3. For each item, don’t just write half a sentence describing what they serve. Give each item at least a short paragraph explaining what makes it special.
  4. Conclude with a CTA, like asking readers to follow your publication or company on Instagram, or to buy tickets for an upcoming food festival.
  5. Write your headline title, subheader, and meta description.
  6. Read through your work and correct any typos or errors.

How to write a feature article

Feature articles dive deep into a large topic, often deeper than the average blog post, and they’re defined by the use of at least one primary source and a multitude of secondary sources. You want to get as much information and perspectives into the piece as you can.

  1. Choose a subject. 
  2. Do your research — has this been written before? How can you write your piece from a new angle? What keywords will you target, if any? 
  3. Make an outline. Write out every header and roughly what you’d like to cover in each section.
  4. Find strong sources, ideally including at least one primary source that you interview over the phone, via email, or on zoom. What makes feature stories so compelling is that they bring in expert perspectives and data that illuminate a subject. 
  5. Fill out your outline with your research and quotes, and string it all together with an attention-grabbing intro. 
  6. Write your headline title, subheader, and meta description.
  7. Read through your work, ideally out loud, and check for flow and any errors. 

How to write an interview or profile story

Interview-based articles are sought after in journalism as well as in content marketing. They allow a reader to dive deep into the perspectives of one person — compared to a feature story where multiple perspectives are required. Profiles run the gamut between exposés about politicians or the real story about a celebrity to introductions to a specific employee or executive at a company. Basically, anyone can be your subject, and it’s up to the writer to provide the context and color that makes their words sing.

  1. Choose a person to profile and read anything else you can find on the internet about them.
  2. Interview your subject, and record the interview via audio or video. Some profile stories will revolve around one long interview, while others are based off of multiple interviews that include the subject as well as people close to them.
  3. Transcribe the interview — you can use an affordable service like Temi.com to do 90% of the work here. 
  4. Pick out your primary quotes and collect them in a document. Open a second document and start writing. Will you write their story chronologically? Or will you start at a specific event? It’s up to you.
  5. Write your profile and include the best quotes as you go. Be careful to not editorialize or twist the meaning of the quotes of your subject.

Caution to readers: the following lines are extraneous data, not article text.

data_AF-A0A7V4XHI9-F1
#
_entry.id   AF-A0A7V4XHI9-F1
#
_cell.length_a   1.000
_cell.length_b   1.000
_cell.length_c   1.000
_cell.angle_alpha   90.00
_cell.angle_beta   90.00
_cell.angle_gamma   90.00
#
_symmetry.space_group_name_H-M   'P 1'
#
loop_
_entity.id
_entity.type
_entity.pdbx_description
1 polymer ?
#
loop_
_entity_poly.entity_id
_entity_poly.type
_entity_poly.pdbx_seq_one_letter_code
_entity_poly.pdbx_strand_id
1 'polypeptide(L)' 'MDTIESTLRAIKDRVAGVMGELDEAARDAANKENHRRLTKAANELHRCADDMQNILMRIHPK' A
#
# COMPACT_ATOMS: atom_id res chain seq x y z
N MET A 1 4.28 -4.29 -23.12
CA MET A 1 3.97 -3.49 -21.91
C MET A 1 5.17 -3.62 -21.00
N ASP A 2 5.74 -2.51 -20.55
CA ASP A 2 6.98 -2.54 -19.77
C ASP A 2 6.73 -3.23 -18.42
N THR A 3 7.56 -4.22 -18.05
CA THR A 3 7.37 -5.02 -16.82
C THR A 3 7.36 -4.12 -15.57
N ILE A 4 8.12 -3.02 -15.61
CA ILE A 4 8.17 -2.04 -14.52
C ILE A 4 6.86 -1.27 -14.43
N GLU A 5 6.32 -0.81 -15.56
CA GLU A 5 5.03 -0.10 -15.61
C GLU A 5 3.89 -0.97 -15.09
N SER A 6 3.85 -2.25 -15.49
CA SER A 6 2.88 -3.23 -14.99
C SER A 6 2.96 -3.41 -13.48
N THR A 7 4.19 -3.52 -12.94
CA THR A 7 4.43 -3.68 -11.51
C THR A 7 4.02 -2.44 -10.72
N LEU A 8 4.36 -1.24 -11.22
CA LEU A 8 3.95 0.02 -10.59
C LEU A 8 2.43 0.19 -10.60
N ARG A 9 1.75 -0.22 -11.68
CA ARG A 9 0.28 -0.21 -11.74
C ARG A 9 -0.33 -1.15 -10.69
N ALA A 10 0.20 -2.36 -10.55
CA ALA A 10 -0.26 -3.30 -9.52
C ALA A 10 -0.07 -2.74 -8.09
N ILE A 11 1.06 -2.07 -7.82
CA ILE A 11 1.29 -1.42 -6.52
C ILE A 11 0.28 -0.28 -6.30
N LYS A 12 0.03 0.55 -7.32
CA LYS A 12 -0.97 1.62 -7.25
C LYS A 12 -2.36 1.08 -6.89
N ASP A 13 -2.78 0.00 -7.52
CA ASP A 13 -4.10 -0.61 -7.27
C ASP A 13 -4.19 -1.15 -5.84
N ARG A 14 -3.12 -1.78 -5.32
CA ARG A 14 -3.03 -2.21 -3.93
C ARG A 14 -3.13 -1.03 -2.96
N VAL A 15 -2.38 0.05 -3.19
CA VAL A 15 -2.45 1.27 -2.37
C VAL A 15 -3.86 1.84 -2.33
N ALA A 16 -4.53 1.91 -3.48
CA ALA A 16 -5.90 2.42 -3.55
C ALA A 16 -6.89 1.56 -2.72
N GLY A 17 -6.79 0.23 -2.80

6. Write your headline title, subheader, and meta description.
  7. Read through your work, ideally out loud, and check for flow and any errors. 

Social media copywriting

Writing for social media is inherently more casual and playful than what you’d do for a longform piece. You can break grammatical rules, use the occasional exclamation mark, and get playful. The goal of social media is to catch a viewer’s attention in a fraction of a second, because if you don’t, they’ll just scroll right past your post. 

There are nuances to keep in mind when writing for various social media platforms, because each one has its particularities. 

Writing for TikTok

When creating videos on TikTok, there’s two types of writing you might be doing: script writing and caption writing. 

TikTok scripts

Depending on the type of videos you plan to publish, you might need a script. You can take any of the following three TikTok script approaches:

  1. Write out what you plan to say and read it off as you record (either as a voiceover or a front-facing video).
  2. Write out bullet points that you want to cover but keep the reading and recording casual, off-the-cuff, and as natural as possible.
  3. Storyboard the whole video. Read through your script several times and time how long it takes to say each point, and plan what visual you want to match to each phrase if you’re going beyond a front-facing storytelling video. 
Writing TikTok captions

Every video on TikTok needs a caption — it can either add to the content or describe what’s in the video, but either way, it helps users find your video. And recently, TikTok’s videos became searchable on Google, so TikTok SEO is more important than ever. TikTok captions are typically short, because creators are limited to 300 characters, including hashtags. Plus, the platform only shows the first few words of a caption (and then users can click “Read More” to read the rest), so if you want your caption to be read, you’ve got to lead with the most interesting stuff right at the top. 

Basically, writing for TikTok means making every word count.

  1. Use a keyword search tool like Mangools, Moz, Ahrefs, or Google Search Console to find out which keywords you want to target.
  2. Write out a few different drafts of your caption, keeping an eye on character count. Mix and match elements from each draft until you have your perfect caption. 
  3. Add a few relevant hashtags — for example, if you’re doing a video about tattoos, be sure to include #tattootok — but not too many. 
  4. Keep in mind that if you do use the whole 300 characters of the caption, a user clicking “Read More” will see a caption that covers up your entire video on most screens, which is distracting and unpleasant, so it’s better to keep it short and sweet.

Writing for Instagram

Writing for Instagram Stories 

Story posts are often light on text, but if you’re tasked with sharing a lengthy message on stories, take the following steps. 

  1. Draft your message in Google Docs — you’ll catch any grammatical or spelling errors (which are easier to miss when typing in Instagram’s busier interface). Keep it as short as possible and start with a great hook, because Instagram stories flip away automatically after a few seconds, so users need to be really interested if they’re going to stop the auto-load in time.